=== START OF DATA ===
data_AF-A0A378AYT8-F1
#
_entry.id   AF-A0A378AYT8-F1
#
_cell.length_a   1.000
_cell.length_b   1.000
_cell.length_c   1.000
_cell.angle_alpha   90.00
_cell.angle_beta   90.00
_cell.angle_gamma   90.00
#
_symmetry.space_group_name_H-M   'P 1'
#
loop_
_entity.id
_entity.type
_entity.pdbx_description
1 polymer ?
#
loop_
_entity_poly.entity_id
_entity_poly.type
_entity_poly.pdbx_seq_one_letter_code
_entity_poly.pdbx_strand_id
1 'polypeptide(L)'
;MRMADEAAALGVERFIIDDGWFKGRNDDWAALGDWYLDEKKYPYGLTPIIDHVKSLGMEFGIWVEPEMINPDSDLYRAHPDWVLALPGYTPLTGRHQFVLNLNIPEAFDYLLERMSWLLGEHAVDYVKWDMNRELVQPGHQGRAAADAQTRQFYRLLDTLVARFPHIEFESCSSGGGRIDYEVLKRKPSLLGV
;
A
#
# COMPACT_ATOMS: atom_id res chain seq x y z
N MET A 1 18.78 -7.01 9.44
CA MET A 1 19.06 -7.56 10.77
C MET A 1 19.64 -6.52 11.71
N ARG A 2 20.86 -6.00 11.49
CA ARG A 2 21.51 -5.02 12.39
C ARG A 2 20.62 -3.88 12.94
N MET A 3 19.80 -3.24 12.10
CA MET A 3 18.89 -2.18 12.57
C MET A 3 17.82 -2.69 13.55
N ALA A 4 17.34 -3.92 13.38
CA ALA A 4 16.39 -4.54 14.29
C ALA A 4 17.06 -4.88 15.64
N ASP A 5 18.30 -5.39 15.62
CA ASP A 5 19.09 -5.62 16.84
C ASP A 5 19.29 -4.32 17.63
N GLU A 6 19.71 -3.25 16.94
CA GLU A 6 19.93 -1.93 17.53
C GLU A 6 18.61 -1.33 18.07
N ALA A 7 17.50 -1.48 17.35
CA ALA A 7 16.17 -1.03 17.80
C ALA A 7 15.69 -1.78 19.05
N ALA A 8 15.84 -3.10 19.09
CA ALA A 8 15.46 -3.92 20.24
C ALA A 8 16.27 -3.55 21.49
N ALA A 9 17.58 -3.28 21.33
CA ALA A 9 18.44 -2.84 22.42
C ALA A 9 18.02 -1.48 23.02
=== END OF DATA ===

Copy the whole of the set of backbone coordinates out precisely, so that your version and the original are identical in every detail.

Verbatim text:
data_AF-A0A378AYT8-F1
#
_entry.id   AF-A0A378AYT8-F1
#
_cell.length_a   1.000
_cell.length_b   1.000
_cell.length_c   1.000
_cell.angle_alpha   90.00
_cell.angle_beta   90.00
_cell.angle_gamma   90.00
#
_symmetry.space_group_name_H-M   'P 1'
#
loop_
_entity.id
_entity.type
_entity.pdbx_description
1 polymer ?
#
loop_
_entity_poly.entity_id
_entity_poly.type
_entity_poly.pdbx_seq_one_letter_code
_entity_poly.pdbx_strand_id
1 'polypeptide(L)'
;MRMADEAAALGVERFIIDDGWFKGRNDDWAALGDWYLDEKKYPYGLTPIIDHVKSLGMEFGIWVEPEMINPDSDLYRAHPDWVLALPGYTPLTGRHQFVLNLNIPEAFDYLLERMSWLLGEHAVDYVKWDMNRELVQPGHQGRAAADAQTRQFYRLLDTLVARFPHIEFESCSSGGGRIDYEVLKRKPSLLGV
;
A
#
# COMPACT_ATOMS: atom_id res chain seq x y z
N MET A 1 18.78 -7.01 9.44
CA MET A 1 19.06 -7.56 10.77
C MET A 1 19.64 -6.52 11.71
N ARG A 2 20.86 -6.00 11.49
CA ARG A 2 21.51 -5.02 12.39
C ARG A 2 20.62 -3.88 12.94
N MET A 3 19.80 -3.24 12.10
CA MET A 3 18.89 -2.18 12.57
C MET A 3 17.82 -2.69 13.55
N ALA A 4 17.34 -3.92 13.38
CA ALA A 4 16.39 -4.54 14.29
C ALA A 4 17.06 -4.88 15.64
N ASP A 5 18.30 -5.39 15.62
CA ASP A 5 19.09 -5.62 16.84
C ASP A 5 19.29 -4.32 17.63
N GLU A 6 19.71 -3.25 16.94
CA GLU A 6 19.93 -1.93 17.53
C GLU A 6 18.61 -1.33 18.07
N ALA A 7 17.50 -1.48 17.35
CA ALA A 7 16.17 -1.03 17.80
C ALA A 7 15.69 -1.78 19.05
N ALA A 8 15.84 -3.10 19.09
CA ALA A 8 15.46 -3.92 20.24
C ALA A 8 16.27 -3.55 21.49
N ALA A 9 17.58 -3.28 21.33
CA ALA A 9 18.44 -2.84 22.42
C ALA A 9 18.02 -1.48 23.02